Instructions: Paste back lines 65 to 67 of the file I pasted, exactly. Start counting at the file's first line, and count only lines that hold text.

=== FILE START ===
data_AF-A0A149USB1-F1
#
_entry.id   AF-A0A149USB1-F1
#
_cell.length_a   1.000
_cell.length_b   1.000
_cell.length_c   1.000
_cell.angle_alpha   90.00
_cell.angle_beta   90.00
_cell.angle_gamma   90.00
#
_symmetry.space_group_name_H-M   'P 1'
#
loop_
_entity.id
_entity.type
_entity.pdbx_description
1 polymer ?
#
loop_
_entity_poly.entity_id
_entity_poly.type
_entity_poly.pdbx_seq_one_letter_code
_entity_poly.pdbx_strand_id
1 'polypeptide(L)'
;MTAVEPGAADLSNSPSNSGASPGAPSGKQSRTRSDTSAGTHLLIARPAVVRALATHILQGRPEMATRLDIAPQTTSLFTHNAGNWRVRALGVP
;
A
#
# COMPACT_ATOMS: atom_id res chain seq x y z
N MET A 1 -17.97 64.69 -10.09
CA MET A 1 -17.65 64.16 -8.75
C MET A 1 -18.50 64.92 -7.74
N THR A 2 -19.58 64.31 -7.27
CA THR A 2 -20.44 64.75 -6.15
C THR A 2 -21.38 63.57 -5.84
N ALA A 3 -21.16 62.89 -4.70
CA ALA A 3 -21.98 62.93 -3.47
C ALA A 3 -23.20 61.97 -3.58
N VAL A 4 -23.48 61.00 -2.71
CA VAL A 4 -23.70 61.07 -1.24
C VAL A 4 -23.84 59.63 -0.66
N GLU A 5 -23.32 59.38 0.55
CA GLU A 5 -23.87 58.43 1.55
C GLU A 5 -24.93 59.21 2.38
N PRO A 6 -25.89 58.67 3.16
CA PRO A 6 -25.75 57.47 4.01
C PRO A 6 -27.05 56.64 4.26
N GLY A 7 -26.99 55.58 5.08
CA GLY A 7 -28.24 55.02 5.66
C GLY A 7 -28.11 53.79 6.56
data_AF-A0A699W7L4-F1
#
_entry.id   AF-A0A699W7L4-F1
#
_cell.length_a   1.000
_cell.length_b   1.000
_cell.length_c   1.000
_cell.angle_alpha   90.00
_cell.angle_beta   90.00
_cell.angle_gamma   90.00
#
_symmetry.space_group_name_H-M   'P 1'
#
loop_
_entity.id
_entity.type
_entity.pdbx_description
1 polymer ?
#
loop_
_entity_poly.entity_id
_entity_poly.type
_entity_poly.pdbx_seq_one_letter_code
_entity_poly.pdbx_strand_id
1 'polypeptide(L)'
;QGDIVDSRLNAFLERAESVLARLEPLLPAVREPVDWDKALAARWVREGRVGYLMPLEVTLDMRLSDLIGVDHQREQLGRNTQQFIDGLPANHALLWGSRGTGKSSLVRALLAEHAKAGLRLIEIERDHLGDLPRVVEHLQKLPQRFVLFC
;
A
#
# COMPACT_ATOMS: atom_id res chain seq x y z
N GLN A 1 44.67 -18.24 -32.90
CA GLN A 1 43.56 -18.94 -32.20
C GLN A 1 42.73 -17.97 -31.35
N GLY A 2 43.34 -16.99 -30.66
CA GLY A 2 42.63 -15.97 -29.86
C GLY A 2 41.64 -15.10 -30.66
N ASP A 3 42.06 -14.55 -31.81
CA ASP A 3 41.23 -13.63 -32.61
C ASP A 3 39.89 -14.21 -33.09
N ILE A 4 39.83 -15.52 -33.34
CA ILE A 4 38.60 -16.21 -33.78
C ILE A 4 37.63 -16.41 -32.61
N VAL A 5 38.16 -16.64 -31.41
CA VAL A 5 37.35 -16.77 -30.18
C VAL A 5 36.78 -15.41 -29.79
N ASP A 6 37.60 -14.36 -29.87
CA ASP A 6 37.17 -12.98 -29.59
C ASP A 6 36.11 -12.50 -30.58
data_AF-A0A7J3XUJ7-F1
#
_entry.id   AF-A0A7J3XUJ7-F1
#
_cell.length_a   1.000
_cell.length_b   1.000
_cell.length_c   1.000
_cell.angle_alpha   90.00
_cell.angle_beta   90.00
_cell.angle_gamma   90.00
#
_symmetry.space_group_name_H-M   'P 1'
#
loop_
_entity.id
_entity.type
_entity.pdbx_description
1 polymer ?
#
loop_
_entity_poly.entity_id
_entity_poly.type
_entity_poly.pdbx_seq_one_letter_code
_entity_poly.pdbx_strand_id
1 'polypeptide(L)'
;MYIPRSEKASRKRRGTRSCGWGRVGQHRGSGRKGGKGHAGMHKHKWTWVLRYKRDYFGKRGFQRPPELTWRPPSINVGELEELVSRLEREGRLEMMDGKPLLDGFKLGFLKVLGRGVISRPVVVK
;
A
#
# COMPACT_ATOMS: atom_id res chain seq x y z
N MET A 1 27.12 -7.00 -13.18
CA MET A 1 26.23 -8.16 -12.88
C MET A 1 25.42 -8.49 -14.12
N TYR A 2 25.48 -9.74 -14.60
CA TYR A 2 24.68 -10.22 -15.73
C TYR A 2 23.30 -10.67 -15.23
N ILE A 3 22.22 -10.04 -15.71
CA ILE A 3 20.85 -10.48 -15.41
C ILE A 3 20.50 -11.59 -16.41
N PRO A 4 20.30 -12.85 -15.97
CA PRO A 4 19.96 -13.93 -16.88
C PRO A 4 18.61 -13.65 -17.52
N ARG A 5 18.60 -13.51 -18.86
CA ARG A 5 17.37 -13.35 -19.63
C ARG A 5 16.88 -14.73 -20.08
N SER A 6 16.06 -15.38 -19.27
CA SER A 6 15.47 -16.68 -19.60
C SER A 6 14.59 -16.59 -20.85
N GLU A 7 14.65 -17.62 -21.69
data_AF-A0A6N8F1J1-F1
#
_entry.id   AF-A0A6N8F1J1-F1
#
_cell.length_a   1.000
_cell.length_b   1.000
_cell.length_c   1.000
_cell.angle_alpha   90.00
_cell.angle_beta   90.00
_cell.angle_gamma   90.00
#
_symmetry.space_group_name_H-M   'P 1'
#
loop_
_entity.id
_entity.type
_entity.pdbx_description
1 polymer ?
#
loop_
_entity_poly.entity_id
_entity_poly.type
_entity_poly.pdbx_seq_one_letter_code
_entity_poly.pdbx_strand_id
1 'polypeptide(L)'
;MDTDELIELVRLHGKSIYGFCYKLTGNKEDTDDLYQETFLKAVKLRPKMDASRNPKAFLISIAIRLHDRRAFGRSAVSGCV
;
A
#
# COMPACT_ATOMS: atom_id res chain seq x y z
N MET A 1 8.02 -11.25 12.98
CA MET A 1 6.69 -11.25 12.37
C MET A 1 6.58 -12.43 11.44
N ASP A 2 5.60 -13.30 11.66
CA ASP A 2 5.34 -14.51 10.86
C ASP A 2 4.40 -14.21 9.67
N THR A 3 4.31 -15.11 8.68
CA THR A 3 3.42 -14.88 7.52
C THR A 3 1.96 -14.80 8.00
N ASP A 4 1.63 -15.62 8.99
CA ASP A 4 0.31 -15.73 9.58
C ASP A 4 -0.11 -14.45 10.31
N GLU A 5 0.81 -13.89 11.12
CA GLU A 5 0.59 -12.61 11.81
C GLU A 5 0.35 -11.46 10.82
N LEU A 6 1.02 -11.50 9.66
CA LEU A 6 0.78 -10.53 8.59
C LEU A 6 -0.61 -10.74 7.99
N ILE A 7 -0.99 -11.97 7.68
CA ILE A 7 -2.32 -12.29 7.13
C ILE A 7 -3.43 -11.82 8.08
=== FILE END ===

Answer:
loop_
_entity.id
_entity.type